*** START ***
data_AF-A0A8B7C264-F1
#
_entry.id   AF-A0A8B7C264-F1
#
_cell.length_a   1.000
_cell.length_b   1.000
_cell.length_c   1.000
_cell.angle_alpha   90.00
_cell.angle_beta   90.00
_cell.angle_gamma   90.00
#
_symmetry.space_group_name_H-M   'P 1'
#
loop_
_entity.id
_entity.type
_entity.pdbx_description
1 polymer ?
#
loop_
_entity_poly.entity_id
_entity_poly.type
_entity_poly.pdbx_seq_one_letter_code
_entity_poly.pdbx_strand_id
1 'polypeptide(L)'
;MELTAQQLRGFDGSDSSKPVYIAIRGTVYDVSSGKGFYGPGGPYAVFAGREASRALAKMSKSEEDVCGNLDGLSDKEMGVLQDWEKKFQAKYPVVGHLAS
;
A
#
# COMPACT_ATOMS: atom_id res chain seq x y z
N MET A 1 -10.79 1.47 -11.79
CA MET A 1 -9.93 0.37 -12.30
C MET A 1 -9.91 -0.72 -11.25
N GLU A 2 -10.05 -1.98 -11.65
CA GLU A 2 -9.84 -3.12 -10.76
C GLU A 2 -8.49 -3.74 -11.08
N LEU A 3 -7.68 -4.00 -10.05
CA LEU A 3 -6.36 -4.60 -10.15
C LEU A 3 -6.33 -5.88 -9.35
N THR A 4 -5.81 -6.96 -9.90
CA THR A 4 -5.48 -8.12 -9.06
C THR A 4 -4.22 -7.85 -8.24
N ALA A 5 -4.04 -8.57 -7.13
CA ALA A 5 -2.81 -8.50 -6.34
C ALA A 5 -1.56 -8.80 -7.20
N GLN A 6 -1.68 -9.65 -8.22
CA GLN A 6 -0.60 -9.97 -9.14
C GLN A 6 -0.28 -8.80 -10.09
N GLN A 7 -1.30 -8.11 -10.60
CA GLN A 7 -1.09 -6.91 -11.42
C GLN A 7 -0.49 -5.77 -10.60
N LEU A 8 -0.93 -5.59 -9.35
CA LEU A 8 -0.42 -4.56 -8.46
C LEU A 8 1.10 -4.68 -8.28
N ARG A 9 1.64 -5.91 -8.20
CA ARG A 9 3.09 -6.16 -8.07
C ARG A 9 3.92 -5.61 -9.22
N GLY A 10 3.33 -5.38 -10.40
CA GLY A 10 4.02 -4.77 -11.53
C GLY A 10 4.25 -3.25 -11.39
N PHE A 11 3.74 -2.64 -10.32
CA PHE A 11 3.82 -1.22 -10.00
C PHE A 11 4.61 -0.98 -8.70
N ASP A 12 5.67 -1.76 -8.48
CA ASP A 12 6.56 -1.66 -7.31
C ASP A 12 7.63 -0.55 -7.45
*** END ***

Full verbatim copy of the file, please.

data_AF-A0A8B7C264-F1
#
_entry.id   AF-A0A8B7C264-F1
#
_cell.length_a   1.000
_cell.length_b   1.000
_cell.length_c   1.000
_cell.angle_alpha   90.00
_cell.angle_beta   90.00
_cell.angle_gamma   90.00
#
_symmetry.space_group_name_H-M   'P 1'
#
loop_
_entity.id
_entity.type
_entity.pdbx_description
1 polymer ?
#
loop_
_entity_poly.entity_id
_entity_poly.type
_entity_poly.pdbx_seq_one_letter_code
_entity_poly.pdbx_strand_id
1 'polypeptide(L)'
;MELTAQQLRGFDGSDSSKPVYIAIRGTVYDVSSGKGFYGPGGPYAVFAGREASRALAKMSKSEEDVCGNLDGLSDKEMGVLQDWEKKFQAKYPVVGHLAS
;
A
#
# COMPACT_ATOMS: atom_id res chain seq x y z
N MET A 1 -10.79 1.47 -11.79
CA MET A 1 -9.93 0.37 -12.30
C MET A 1 -9.91 -0.72 -11.25
N GLU A 2 -10.05 -1.98 -11.65
CA GLU A 2 -9.84 -3.12 -10.76
C GLU A 2 -8.49 -3.74 -11.08
N LEU A 3 -7.68 -4.00 -10.05
CA LEU A 3 -6.36 -4.60 -10.15
C LEU A 3 -6.33 -5.88 -9.35
N THR A 4 -5.81 -6.96 -9.90
CA THR A 4 -5.48 -8.12 -9.06
C THR A 4 -4.22 -7.85 -8.24
N ALA A 5 -4.04 -8.57 -7.13
CA ALA A 5 -2.81 -8.50 -6.34
C ALA A 5 -1.56 -8.80 -7.20
N GLN A 6 -1.68 -9.65 -8.22
CA GLN A 6 -0.60 -9.97 -9.14
C GLN A 6 -0.28 -8.80 -10.09
N GLN A 7 -1.30 -8.11 -10.60
CA GLN A 7 -1.09 -6.91 -11.42
C GLN A 7 -0.49 -5.77 -10.60
N LEU A 8 -0.93 -5.59 -9.35
CA LEU A 8 -0.42 -4.56 -8.46
C LEU A 8 1.10 -4.68 -8.28
N ARG A 9 1.64 -5.91 -8.20
CA ARG A 9 3.09 -6.16 -8.07
C ARG A 9 3.92 -5.61 -9.22
N GLY A 10 3.33 -5.38 -10.40
CA GLY A 10 4.02 -4.77 -11.53
C GLY A 10 4.25 -3.25 -11.39
N PHE A 11 3.74 -2.64 -10.32
CA PHE A 11 3.82 -1.22 -10.00
C PHE A 11 4.61 -0.98 -8.70
N ASP A 12 5.67 -1.76 -8.48
CA ASP A 12 6.56 -1.66 -7.31
C ASP A 12 7.63 -0.55 -7.45